FOX Sports Wisconsin’s Paul Imig gives an in-depth statistical analysis and film study of every Packers player in his annual offseason checkup. Check every weekday through mid-April for his latest report.
Morgan Burnett, safety
Season stats: 14 games (938 snaps), 102 tackles, 11 missed tackles, one tackle for loss, zero sacks, two quarterback hurries, zero interceptions, zero forced fumbles, five passes defensed
ProFootballFocus.com season rating: minus-3.4 (ranked No. 17 out of 26 qualified Packers defensive players; ranked No. 9 out of 11 Packers defensive backs)
Best game: Week 6 win at Baltimore (played all 70 snaps; nine tackles, seven "stops," one missed tackle; 3.1 PFF rating)
Worst game: Week 14 win over Atlanta (played all 60 snaps; eight tackles, one "stop," zero missed tackles; minus-1.6 PFF rating)
Looking live: Less than two weeks before training camp began in 2013, Morgan Burnett signed a four-year, $25 million contract extension. Burnett got off to a fine start in the first couple weeks of practice, putting together consistent performances while the Packers switched Jerron McMillian and M.D. Jennings back and forth at the spot next to him. There was no evidence to suggest that Burnett would go on to have the disappointing season that he did. In the third preseason game, though, Burnett injured his hamstring. That injury not only cost him the rest of training camp, but it also put him on the shelf until Week 5 of the regular season. That six-week gap between games for Burnett perhaps played a significant role in his decline in 2013. Maybe it was the pressure of the big, new contract. It could have also been due to the inconsistent play — and the multiple players shuffled in and out — of the other starting safety job. Whatever the reason, Burnett’s play drastically fell off this past season.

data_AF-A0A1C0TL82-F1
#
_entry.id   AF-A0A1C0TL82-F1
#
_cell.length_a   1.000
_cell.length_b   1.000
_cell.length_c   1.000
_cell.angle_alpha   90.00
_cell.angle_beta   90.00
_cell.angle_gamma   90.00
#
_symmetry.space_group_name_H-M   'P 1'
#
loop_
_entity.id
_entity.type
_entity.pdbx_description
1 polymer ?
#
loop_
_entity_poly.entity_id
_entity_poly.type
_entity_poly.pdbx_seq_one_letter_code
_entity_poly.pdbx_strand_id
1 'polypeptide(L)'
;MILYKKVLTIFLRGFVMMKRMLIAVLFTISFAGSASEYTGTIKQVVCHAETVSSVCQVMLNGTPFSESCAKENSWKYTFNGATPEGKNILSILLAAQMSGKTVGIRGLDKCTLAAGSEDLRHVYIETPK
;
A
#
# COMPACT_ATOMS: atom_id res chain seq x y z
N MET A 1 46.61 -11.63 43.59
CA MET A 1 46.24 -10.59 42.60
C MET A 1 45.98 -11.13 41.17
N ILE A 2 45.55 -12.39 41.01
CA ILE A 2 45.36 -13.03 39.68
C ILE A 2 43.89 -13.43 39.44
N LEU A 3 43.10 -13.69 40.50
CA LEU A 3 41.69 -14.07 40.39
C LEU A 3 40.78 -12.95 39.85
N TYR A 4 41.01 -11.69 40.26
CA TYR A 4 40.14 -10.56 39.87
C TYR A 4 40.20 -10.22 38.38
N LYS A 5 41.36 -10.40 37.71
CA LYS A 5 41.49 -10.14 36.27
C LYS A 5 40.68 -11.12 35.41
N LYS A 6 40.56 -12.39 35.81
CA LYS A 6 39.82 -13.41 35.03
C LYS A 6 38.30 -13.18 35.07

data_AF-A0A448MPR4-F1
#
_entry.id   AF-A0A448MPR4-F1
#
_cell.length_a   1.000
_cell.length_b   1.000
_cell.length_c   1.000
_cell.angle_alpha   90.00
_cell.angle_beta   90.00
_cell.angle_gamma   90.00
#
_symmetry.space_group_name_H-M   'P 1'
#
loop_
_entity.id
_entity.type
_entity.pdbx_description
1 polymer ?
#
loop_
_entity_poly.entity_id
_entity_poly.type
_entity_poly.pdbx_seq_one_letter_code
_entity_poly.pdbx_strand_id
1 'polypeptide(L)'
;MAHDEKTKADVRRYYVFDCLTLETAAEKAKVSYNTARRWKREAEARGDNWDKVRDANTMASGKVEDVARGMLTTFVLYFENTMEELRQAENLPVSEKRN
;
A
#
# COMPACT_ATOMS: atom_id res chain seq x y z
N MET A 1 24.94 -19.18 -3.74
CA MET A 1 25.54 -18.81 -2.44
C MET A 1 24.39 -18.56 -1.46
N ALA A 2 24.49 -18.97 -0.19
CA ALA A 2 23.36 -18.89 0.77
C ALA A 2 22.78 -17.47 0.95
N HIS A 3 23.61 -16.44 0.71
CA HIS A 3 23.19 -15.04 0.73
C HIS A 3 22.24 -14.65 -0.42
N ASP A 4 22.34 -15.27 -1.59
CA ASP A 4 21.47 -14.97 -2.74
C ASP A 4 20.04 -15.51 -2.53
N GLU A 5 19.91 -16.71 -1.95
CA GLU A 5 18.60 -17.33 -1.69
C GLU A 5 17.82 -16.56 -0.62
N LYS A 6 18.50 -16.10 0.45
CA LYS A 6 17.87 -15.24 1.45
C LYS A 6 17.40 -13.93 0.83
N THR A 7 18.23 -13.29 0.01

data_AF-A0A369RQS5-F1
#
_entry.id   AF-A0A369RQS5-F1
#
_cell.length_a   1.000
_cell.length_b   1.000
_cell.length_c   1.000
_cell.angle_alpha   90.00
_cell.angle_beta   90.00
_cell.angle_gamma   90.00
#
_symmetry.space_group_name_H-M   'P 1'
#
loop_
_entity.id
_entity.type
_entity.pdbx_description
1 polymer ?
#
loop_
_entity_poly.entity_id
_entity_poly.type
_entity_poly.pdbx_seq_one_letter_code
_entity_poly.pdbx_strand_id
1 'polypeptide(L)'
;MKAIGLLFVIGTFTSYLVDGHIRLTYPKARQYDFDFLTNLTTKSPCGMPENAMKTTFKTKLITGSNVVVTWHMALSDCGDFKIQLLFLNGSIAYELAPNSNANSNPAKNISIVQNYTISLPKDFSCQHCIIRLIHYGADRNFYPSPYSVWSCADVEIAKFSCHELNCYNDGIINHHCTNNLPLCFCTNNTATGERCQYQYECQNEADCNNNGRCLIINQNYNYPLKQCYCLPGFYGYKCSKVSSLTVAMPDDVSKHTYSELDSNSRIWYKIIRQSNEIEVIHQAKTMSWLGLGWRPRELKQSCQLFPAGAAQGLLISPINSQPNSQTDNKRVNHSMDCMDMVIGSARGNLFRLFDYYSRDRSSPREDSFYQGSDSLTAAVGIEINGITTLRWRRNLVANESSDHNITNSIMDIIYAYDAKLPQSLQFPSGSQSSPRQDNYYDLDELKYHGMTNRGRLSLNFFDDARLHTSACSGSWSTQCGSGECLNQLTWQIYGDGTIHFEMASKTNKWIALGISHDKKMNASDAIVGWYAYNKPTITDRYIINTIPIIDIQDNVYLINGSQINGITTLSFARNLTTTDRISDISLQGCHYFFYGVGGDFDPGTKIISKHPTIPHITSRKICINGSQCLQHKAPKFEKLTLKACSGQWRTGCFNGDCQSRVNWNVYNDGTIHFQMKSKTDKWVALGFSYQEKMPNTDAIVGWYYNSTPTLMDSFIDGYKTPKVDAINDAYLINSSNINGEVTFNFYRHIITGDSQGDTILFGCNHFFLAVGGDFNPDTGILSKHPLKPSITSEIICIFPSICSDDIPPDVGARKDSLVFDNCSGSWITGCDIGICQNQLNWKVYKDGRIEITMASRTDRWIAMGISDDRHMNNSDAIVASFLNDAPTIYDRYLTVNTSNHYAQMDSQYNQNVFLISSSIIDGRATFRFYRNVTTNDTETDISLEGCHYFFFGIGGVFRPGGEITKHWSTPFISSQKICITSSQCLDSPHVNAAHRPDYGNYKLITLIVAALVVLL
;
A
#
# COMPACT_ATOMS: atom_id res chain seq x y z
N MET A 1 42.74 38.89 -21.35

Upon further review: Before diving too deep into the negatives, it should certainly be pointed out that Burnett was just as serviceable as always against the run. On a couple of occasions during the regular season, when defensive coordinator Dom Capers was asked about Burnett’s poor play, he would cite run defense as a counter-example. And Capers was right. Though Burnett had only one tackle for loss, he had 31 stops (a category that totals the number of plays made that resulted in an offensive failure). However, Burnett was also second on the team in missed tackles. His main issue, of course, was in pass coverage. Whereas in 2012 it was often noted that Casey Hayward always seemed to be in the right position to make a play, the opposite was true of Burnett in 2013. Whether it was a mix-up in coverage or Burnett just being a step slow to help on deep passes, he just couldn’t catch the break that he desperately needed in order to turn a corner. It was noted in the postgame Report Card of the Packers’ Week 14 win over Atlanta that Burnett compounded his struggles that day. He was beat in one-on-one coverage by Falcons wide receiver Drew Davis (who had only 12 catches all season), including on one play that resulted in a 36-yard touchdown. In the playoff loss to San Francisco, the 49ers scored a go-ahead touchdown in the fourth quarter on a play that Burnett should have handled better than he did. With A.J. Hawk matched on tight end Vernon Davis, Colin Kaepernick lofted a pass that Burnett had a shot at tipping or intercepting. Instead, Burnett’s reaction to the play was slow as he crossed in front of the pass arriving to Davis too late. That huge play really epitomized Burnett’s 2013 season.
Overall 2013 grade: D
Status for 2014: One-hundred percent chance of being one of the Packers’ starting safeties in the 2014 regular season. It will be interesting to see how Burnett bounces back from a season that he’ll want to forget. Burnett is now being paid like a playmaker, and not only was he not that, he also just wasn’t very good even by lower expectations. Burnett has plenty of talent and is a good communicator among the defensive backs, so the chances seem in his favor that he’ll be an above-average NFL player again in 2014. But after one season, that new contract looks like a mistake by general manager Ted Thompson. What would Burnett have been worth if the Packers were attempting to sign him this offseason? Maybe half of what he got a year ago, though only that high because of what Burnett did in previous seasons. Still, he’s a lock to start next season, and if he has better talent at safety next to him, that should help him tremendously.